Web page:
Kharafi Group is one of Zain`s major shareholders. (Photo: Reuters)
UAE telecoms firm Etisalat is still working to complete a deal to buy a stake in Zain for $12 billion despite missing a January 15 due diligence deadline and the emergence of a potential rival bid.
Etisalat said on Sunday it had not made sufficient progress toward finalising the deal by the deadline due to "unforeseen delays" in Zain providing access to relevant information.
"The parties do continue to work toward the announcement of a definitive transaction," Etisalat said in a statement.
Shares in Etisalat closed down 0.9 per cent on the Abu Dhabi stock exchange, while Zain ended flat, recovering from an earlier intraday one-month low.
Etisalat offered to buy a 46 per cent stake of Zain for 1.7 dinars ($6) a share last September. The offer was made to one of Zain's major shareholders, Kuwaiti family conglomerate Kharafi Group.
Etisalat, which lost its home monopoly in 2007 with the arrival of rival Du, launched its bid to expand into high-growth Middle East markets such as Iraq.
The telecoms firm, 60 per cent owned by the government, did not announce a new deadline for due diligence.
In October, Kharafi Group said it had enough approvals from shareholders to tender to Etisalat's bid, even though the deal is still dependent on the sale of Zain's assets in Saudi Arabia, for anti-trust reasons.
A Kharafi unit, which is working on behalf of its parent firm to gather Zain shares to tender to the offer, said on Sunday talks between deal parties continued.
Etisalat in November had set a January 15 deadline to sign definitive transaction documents and complete due diligence.
"The three months deadline to sign a definitive agreement was ambitious in the first place, given the size of Zain and that it operates in multiple jurisdictions," said Irfan Ellam, telecoms analyst at Al Mal Capital. "The fact that due diligence has been extended is not too surprising."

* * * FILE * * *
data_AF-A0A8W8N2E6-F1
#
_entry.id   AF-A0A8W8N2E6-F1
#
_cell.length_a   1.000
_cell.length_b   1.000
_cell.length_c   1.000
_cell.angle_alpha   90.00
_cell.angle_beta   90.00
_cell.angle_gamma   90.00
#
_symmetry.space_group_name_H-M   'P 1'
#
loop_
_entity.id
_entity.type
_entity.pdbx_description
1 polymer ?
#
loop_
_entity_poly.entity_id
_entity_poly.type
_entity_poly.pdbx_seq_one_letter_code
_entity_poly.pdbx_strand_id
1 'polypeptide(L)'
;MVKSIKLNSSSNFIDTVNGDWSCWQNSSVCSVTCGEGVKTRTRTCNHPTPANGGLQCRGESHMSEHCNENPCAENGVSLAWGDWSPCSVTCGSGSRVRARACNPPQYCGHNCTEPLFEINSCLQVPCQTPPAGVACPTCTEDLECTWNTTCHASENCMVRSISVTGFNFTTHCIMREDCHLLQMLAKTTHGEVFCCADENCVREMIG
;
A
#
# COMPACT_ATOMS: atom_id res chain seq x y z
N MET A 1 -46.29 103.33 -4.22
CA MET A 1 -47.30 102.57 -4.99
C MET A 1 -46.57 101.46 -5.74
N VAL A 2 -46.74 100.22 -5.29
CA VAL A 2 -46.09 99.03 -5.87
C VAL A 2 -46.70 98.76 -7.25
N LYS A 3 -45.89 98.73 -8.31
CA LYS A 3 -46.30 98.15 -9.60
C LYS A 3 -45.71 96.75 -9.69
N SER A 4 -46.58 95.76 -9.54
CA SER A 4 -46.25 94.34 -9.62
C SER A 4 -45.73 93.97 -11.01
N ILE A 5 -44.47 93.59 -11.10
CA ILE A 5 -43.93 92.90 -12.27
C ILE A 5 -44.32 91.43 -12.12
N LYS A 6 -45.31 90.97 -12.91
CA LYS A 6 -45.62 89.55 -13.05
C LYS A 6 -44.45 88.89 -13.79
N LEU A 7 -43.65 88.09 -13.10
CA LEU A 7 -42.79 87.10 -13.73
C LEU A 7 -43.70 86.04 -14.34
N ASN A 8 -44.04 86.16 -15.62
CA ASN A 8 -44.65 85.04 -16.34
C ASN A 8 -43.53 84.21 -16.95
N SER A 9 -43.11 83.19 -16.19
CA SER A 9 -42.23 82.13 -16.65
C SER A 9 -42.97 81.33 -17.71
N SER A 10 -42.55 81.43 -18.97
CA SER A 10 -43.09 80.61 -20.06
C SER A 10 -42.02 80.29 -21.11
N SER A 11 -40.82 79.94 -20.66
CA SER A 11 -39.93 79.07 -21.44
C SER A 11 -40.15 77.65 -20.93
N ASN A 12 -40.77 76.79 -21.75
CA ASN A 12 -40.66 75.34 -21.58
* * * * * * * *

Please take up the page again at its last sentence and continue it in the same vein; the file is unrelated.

The deal has been dogged by other hurdles.
Al Fawares Holding, a Kuwait-based Zain shareholder unhappy with the deal process and a condition that Zain sell its stake in Saudi Zain, launched a court case to halt the due diligence which was dismissed by a Kuwait court last month.
Both Etisalat and Zain have operations in Saudi Arabia and regulatory requirements mean one group must quit its stake.
Last week, CNBC Arabiya reported that Turkey's Cukurova Holding is in talks to buy 29.9 per cent of Zain for $7.
That deal is being spurred by a Zain board member who is also a brother of Al Fawares' head.
"Not setting a deadline could be a tactic that both parties are using so that Zain's shareholders opposing the deal would not be able to have last minute surprises for the Kharafis and Etisalat like what happened last week," said Naser al-Nafisi, general manager for Al Joman Center for Economic Consultancy in Kuwait, referring to the Cukurova news.